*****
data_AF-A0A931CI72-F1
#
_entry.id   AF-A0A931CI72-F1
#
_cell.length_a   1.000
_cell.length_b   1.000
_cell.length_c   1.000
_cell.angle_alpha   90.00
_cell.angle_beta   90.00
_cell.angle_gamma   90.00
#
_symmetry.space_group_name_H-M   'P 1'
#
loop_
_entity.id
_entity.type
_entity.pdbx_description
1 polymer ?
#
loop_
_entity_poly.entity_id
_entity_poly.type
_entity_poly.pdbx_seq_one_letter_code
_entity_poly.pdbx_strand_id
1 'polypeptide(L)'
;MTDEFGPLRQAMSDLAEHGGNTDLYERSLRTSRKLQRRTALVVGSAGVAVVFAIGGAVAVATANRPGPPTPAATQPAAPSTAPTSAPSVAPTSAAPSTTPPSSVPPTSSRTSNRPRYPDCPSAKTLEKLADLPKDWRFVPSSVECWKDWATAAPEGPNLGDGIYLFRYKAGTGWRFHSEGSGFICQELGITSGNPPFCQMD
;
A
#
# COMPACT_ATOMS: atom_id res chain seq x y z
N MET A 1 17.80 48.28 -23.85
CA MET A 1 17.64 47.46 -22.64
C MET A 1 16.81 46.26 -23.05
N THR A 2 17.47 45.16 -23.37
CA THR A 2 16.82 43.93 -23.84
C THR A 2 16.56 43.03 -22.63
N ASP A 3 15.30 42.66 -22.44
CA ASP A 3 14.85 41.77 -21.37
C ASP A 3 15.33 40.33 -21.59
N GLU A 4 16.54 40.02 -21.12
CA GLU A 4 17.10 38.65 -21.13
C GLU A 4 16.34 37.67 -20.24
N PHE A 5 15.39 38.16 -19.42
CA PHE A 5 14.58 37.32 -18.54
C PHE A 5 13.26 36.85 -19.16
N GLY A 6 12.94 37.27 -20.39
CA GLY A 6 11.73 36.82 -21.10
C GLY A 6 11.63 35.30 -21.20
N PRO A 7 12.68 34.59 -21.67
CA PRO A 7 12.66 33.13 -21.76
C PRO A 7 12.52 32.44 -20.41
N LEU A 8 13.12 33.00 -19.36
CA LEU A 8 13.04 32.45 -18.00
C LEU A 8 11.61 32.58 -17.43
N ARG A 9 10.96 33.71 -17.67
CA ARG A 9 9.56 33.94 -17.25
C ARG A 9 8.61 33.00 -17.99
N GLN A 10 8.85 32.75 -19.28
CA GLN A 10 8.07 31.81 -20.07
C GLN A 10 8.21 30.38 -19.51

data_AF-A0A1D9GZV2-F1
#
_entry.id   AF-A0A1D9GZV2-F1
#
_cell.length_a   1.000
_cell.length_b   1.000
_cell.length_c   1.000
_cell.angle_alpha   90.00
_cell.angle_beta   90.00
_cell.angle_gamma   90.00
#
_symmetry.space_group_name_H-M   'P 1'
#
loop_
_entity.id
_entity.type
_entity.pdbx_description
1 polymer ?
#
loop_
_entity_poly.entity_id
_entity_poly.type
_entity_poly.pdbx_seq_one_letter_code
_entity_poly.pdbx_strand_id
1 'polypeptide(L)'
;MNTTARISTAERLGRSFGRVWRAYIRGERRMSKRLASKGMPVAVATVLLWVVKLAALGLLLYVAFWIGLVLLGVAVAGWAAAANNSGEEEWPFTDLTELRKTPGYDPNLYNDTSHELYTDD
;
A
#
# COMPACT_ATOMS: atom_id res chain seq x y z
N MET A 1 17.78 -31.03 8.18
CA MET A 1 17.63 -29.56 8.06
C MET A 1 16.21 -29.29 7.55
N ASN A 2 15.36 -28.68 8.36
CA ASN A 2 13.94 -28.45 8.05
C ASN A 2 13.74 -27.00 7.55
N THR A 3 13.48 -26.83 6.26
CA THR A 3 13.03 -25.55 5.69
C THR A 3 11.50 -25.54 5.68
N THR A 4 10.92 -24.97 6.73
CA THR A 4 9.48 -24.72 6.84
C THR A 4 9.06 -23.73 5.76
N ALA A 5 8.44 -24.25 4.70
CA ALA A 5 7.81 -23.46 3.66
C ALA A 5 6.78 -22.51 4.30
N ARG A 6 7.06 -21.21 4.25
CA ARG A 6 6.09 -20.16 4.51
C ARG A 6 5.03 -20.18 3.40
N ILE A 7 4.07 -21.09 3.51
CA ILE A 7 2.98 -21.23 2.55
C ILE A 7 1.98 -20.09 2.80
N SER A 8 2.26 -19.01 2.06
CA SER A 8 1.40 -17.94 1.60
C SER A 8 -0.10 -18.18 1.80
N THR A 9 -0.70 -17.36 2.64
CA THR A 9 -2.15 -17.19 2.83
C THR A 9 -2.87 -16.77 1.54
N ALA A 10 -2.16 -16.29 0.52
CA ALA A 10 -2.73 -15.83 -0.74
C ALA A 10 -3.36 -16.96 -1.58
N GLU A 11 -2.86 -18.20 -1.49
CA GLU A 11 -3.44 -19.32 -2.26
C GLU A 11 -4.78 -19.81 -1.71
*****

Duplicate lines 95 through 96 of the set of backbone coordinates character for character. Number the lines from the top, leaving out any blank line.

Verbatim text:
CA ASN A 2 13.94 -28.45 8.05
C ASN A 2 13.74 -27.00 7.55